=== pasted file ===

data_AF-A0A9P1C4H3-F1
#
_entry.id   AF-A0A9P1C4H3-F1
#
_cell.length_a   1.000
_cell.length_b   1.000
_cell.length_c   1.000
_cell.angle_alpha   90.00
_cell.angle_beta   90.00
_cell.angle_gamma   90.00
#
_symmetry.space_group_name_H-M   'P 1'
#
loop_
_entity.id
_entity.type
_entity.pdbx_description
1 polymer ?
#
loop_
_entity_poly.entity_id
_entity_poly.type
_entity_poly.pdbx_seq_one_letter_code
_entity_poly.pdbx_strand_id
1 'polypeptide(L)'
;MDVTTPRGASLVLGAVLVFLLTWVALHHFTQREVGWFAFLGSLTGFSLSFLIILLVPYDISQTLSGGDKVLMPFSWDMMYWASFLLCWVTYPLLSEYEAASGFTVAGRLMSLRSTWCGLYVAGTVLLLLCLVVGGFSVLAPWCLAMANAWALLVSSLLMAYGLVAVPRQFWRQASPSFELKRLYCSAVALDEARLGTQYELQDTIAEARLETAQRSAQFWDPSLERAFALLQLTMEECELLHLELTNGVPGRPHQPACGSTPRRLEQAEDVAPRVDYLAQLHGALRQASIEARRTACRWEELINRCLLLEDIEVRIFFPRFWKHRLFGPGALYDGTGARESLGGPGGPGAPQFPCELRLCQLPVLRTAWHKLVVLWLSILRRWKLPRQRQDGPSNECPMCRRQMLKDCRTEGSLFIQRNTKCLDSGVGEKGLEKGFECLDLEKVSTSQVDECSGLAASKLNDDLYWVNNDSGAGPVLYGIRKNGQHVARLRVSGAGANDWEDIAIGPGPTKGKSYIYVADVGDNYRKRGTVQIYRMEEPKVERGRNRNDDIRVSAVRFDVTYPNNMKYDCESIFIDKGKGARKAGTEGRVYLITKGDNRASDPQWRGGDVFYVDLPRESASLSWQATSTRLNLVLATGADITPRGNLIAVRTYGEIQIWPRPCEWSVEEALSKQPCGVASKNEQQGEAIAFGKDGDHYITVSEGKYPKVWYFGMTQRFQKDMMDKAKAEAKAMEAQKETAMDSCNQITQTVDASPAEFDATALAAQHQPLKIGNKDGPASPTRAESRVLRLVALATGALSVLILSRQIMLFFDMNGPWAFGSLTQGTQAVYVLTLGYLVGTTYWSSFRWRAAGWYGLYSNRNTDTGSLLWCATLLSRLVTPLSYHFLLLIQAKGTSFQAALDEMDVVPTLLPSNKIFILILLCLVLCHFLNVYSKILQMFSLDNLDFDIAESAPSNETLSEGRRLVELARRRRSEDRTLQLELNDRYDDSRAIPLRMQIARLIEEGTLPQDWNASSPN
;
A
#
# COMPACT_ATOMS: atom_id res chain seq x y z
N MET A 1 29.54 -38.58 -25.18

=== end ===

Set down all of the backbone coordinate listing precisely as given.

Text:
data_AF-A0A9P1C4H3-F1
#
_entry.id   AF-A0A9P1C4H3-F1
#
_cell.length_a   1.000
_cell.length_b   1.000
_cell.length_c   1.000
_cell.angle_alpha   90.00
_cell.angle_beta   90.00
_cell.angle_gamma   90.00
#
_symmetry.space_group_name_H-M   'P 1'
#
loop_
_entity.id
_entity.type
_entity.pdbx_description
1 polymer ?
#
loop_
_entity_poly.entity_id
_entity_poly.type
_entity_poly.pdbx_seq_one_letter_code
_entity_poly.pdbx_strand_id
1 'polypeptide(L)'
;MDVTTPRGASLVLGAVLVFLLTWVALHHFTQREVGWFAFLGSLTGFSLSFLIILLVPYDISQTLSGGDKVLMPFSWDMMYWASFLLCWVTYPLLSEYEAASGFTVAGRLMSLRSTWCGLYVAGTVLLLLCLVVGGFSVLAPWCLAMANAWALLVSSLLMAYGLVAVPRQFWRQASPSFELKRLYCSAVALDEARLGTQYELQDTIAEARLETAQRSAQFWDPSLERAFALLQLTMEECELLHLELTNGVPGRPHQPACGSTPRRLEQAEDVAPRVDYLAQLHGALRQASIEARRTACRWEELINRCLLLEDIEVRIFFPRFWKHRLFGPGALYDGTGARESLGGPGGPGAPQFPCELRLCQLPVLRTAWHKLVVLWLSILRRWKLPRQRQDGPSNECPMCRRQMLKDCRTEGSLFIQRNTKCLDSGVGEKGLEKGFECLDLEKVSTSQVDECSGLAASKLNDDLYWVNNDSGAGPVLYGIRKNGQHVARLRVSGAGANDWEDIAIGPGPTKGKSYIYVADVGDNYRKRGTVQIYRMEEPKVERGRNRNDDIRVSAVRFDVTYPNNMKYDCESIFIDKGKGARKAGTEGRVYLITKGDNRASDPQWRGGDVFYVDLPRESASLSWQATSTRLNLVLATGADITPRGNLIAVRTYGEIQIWPRPCEWSVEEALSKQPCGVASKNEQQGEAIAFGKDGDHYITVSEGKYPKVWYFGMTQRFQKDMMDKAKAEAKAMEAQKETAMDSCNQITQTVDASPAEFDATALAAQHQPLKIGNKDGPASPTRAESRVLRLVALATGALSVLILSRQIMLFFDMNGPWAFGSLTQGTQAVYVLTLGYLVGTTYWSSFRWRAAGWYGLYSNRNTDTGSLLWCATLLSRLVTPLSYHFLLLIQAKGTSFQAALDEMDVVPTLLPSNKIFILILLCLVLCHFLNVYSKILQMFSLDNLDFDIAESAPSNETLSEGRRLVELARRRRSEDRTLQLELNDRYDDSRAIPLRMQIARLIEEGTLPQDWNASSPN
;
A
#
# COMPACT_ATOMS: atom_id res chain seq x y z
N MET A 1 29.54 -38.58 -25.18